This is a guest blog post by Chris Crane with Excelsior Integrated.
By the end of 2019, global eCommerce sales should reach 3.45 trillion dollars, and a good amount of that will happen during the holiday season. Every eCommerce company needs to change its strategy, plan accordingly for inventory, and ensure smooth sailing through the holiday season.
1. Get People Talking
While many people will put the focus on the holidays throughout December, most don’t realize that people start holiday shopping as early as September. You need to get ahead of that to capture those early-bird shoppers. You don’t need holiday-themed posts, but strengthening your online presence through October and November can have a substantial impact on your holiday sales.
To get people talking about your products or brand:
- Offer deals for promoting or sharing specific posts on Facebook and Instagram
- Build trust through open and transparent communication through social media
- Consider boosting your network through Wish, Amazon, and even eBay.
Another reason to spark a buzz early into the holiday season is to reach that level of want. If someone wants something specific from your store, they’ll spread the word that you’re on their wish list.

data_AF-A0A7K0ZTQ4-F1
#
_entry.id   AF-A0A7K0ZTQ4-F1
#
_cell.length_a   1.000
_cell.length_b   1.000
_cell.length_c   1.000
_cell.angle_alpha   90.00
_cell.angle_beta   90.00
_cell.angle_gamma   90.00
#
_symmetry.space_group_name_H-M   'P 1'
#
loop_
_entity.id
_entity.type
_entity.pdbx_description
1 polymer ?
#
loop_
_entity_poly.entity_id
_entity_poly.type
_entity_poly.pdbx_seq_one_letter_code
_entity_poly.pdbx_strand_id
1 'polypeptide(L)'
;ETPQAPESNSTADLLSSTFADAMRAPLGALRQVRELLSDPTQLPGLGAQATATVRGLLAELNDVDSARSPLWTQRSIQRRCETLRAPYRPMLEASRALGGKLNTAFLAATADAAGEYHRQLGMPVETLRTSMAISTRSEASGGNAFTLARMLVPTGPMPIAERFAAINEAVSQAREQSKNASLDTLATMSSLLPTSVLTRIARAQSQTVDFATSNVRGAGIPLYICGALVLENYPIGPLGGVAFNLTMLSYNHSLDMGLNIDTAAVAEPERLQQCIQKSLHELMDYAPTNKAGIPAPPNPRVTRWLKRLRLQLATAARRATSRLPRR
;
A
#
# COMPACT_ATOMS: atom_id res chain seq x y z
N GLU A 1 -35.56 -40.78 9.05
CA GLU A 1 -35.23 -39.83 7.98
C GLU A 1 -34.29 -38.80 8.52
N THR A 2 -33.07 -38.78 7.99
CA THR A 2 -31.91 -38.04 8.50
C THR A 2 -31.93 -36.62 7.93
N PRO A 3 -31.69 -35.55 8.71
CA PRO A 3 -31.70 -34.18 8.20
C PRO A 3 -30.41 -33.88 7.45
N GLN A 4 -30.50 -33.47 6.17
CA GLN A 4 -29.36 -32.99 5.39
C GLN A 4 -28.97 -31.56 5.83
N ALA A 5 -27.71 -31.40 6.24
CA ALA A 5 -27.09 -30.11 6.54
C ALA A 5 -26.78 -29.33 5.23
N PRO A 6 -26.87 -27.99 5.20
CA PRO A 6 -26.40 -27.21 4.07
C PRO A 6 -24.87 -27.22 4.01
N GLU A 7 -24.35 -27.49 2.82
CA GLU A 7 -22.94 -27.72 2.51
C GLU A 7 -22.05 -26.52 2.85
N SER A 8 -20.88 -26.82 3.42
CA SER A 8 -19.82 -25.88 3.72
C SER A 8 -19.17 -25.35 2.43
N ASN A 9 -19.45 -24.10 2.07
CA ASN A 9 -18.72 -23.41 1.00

2. Evaluate Alternatives for Holiday Inventory
You don’t want to be “that” company who utterly fails its customers by not having enough inventory in stock to meet demand. There have been entire movies made about must-have but impossible to obtain toys during the Christmas season, and we’ve seen it in real life too. In 2016 parents were in a frenzy when Hatchimals ran low on stock worldwide. That’s right. The entire globe was bought out on Hatchimals, with stores selling out within a day of stocking them.
To avoid this, you need to create an inventory management plan that covers all of your bases. You need to clearly determine the process of ordering, storing, and shipping your inventory through the holiday season. Businesses will also need to consider the volume and location of raw materials as well as completed products.